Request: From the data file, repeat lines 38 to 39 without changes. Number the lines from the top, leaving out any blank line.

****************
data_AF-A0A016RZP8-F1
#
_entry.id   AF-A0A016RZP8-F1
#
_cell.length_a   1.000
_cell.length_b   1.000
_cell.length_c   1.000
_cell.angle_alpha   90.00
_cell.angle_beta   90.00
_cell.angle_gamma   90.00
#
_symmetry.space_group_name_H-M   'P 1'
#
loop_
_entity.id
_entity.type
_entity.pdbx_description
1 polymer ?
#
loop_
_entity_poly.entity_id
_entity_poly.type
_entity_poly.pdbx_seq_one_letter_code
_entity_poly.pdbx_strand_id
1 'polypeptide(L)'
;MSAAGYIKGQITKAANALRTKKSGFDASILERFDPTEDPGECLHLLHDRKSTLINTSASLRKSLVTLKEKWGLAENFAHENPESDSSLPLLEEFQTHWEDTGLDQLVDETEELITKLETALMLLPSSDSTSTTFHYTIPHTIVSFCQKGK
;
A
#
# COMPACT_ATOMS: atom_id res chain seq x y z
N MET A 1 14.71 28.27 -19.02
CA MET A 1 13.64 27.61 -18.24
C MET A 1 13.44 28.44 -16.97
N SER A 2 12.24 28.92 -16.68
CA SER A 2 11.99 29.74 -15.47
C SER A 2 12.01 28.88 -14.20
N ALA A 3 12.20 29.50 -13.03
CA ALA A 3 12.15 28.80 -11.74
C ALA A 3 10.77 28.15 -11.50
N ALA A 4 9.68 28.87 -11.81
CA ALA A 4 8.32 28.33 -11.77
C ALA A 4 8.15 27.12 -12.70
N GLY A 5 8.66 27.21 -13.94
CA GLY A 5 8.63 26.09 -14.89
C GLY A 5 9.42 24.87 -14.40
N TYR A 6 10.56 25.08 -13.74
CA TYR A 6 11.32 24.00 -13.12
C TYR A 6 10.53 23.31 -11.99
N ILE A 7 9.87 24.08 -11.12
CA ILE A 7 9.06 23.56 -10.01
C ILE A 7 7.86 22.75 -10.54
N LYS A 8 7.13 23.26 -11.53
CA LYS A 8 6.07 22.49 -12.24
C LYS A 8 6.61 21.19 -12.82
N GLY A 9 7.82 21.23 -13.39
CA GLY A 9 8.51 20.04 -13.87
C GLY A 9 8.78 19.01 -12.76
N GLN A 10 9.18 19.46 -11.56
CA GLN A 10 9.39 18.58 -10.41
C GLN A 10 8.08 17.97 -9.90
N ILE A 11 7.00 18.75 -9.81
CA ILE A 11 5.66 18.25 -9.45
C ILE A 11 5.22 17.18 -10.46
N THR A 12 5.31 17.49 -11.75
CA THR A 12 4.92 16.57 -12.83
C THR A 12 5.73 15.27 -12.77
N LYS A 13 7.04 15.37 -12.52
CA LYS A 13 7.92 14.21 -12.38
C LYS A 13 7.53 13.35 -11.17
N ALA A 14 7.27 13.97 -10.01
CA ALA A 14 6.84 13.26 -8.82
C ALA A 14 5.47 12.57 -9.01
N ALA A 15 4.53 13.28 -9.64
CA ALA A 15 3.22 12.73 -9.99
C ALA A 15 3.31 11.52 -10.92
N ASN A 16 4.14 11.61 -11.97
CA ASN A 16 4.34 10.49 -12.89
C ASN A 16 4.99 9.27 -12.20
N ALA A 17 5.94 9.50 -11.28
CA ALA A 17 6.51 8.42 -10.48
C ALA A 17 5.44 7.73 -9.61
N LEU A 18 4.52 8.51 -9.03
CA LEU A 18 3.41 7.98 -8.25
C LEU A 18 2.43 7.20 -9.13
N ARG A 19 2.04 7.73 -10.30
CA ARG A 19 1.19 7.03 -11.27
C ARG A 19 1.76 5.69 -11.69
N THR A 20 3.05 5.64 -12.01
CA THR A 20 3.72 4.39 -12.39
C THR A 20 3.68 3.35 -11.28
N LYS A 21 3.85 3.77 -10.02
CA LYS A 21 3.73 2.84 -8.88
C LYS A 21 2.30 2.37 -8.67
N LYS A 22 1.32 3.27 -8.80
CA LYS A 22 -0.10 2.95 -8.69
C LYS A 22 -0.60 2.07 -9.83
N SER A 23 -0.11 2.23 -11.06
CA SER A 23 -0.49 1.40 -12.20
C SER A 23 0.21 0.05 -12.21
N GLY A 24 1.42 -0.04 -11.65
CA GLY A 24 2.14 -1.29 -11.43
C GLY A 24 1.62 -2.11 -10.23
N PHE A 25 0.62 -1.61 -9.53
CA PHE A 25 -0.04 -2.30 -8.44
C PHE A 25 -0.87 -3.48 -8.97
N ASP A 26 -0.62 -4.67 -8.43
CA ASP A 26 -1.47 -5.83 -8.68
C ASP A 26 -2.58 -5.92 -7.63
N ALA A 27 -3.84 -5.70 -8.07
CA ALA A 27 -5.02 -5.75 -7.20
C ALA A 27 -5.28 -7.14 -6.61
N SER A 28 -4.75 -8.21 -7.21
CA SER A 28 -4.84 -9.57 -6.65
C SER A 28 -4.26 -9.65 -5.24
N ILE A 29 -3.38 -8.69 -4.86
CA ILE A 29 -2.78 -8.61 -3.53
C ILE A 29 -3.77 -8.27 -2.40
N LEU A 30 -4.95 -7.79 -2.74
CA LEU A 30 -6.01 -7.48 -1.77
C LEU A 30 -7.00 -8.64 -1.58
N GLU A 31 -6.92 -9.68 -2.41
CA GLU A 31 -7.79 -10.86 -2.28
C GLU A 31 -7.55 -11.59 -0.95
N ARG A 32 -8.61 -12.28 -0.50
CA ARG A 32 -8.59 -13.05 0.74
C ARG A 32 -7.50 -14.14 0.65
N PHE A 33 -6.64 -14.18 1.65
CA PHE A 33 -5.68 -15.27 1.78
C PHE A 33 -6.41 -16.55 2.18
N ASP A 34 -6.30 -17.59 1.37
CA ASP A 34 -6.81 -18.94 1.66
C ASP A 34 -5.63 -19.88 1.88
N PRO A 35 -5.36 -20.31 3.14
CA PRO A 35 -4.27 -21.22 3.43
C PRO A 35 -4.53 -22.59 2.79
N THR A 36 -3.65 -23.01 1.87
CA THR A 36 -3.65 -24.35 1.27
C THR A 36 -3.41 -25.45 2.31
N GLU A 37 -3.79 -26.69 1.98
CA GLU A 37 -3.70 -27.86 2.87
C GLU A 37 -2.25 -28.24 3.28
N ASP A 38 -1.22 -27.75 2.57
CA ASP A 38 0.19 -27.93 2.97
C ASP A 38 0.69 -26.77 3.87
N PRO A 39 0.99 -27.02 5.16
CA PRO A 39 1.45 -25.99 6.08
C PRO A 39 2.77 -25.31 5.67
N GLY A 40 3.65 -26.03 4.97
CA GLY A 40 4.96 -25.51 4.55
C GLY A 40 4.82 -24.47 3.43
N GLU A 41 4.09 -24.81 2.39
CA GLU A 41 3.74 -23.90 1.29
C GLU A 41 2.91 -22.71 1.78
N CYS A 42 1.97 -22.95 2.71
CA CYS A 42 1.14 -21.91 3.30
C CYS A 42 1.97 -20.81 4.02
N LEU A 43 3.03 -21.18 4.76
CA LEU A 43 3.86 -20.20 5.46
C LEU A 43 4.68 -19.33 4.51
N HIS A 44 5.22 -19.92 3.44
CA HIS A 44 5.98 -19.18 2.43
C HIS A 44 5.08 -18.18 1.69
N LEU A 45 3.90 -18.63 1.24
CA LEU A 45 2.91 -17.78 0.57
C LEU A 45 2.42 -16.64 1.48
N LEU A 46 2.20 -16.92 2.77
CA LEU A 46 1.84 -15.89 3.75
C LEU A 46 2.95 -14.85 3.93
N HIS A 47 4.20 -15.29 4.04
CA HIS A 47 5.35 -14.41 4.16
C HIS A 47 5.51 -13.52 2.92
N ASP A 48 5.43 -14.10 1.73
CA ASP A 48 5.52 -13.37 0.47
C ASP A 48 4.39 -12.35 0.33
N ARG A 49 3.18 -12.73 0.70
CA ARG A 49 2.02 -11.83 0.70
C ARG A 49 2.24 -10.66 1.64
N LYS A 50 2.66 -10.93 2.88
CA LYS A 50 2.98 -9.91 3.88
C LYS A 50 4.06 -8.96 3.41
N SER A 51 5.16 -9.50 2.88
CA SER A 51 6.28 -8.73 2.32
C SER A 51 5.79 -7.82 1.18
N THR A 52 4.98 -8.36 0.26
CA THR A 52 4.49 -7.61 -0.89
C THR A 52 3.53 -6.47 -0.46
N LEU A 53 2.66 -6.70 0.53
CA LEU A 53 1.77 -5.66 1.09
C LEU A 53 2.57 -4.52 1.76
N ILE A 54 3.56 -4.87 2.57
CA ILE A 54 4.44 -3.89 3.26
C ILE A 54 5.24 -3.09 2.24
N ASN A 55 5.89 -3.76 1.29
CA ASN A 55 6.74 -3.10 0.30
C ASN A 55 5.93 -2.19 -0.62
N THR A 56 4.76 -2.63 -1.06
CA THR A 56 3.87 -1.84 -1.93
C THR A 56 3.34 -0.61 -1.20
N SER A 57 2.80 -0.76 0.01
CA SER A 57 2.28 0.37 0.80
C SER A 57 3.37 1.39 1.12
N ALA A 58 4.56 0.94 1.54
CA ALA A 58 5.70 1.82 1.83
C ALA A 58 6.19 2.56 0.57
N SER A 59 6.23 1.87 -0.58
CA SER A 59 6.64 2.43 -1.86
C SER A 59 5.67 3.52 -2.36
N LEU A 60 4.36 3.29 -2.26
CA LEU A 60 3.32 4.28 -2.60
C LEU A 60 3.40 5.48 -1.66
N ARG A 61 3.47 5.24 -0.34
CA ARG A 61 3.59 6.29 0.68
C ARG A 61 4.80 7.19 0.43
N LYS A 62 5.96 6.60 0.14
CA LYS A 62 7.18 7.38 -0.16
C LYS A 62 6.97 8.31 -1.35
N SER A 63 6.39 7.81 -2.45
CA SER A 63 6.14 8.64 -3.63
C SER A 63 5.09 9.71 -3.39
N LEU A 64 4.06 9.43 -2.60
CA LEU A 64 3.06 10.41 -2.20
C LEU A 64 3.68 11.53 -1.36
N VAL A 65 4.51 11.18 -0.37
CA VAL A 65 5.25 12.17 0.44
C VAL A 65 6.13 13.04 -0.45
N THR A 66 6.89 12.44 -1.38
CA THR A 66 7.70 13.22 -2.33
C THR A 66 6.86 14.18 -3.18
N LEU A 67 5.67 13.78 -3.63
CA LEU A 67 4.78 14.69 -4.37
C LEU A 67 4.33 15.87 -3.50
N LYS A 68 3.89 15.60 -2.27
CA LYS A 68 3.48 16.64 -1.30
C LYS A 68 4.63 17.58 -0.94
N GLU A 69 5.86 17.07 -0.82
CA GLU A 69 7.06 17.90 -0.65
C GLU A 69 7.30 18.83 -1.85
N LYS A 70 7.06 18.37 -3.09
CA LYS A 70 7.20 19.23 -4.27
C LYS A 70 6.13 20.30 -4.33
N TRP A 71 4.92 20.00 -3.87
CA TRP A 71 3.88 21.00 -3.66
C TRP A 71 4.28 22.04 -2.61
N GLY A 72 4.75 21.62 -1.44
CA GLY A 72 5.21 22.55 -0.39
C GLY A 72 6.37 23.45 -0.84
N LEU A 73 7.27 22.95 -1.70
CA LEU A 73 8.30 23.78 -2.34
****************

CA ALA A 3 12.15 28.80 -11.74
C ALA A 3 10.77 28.15 -11.50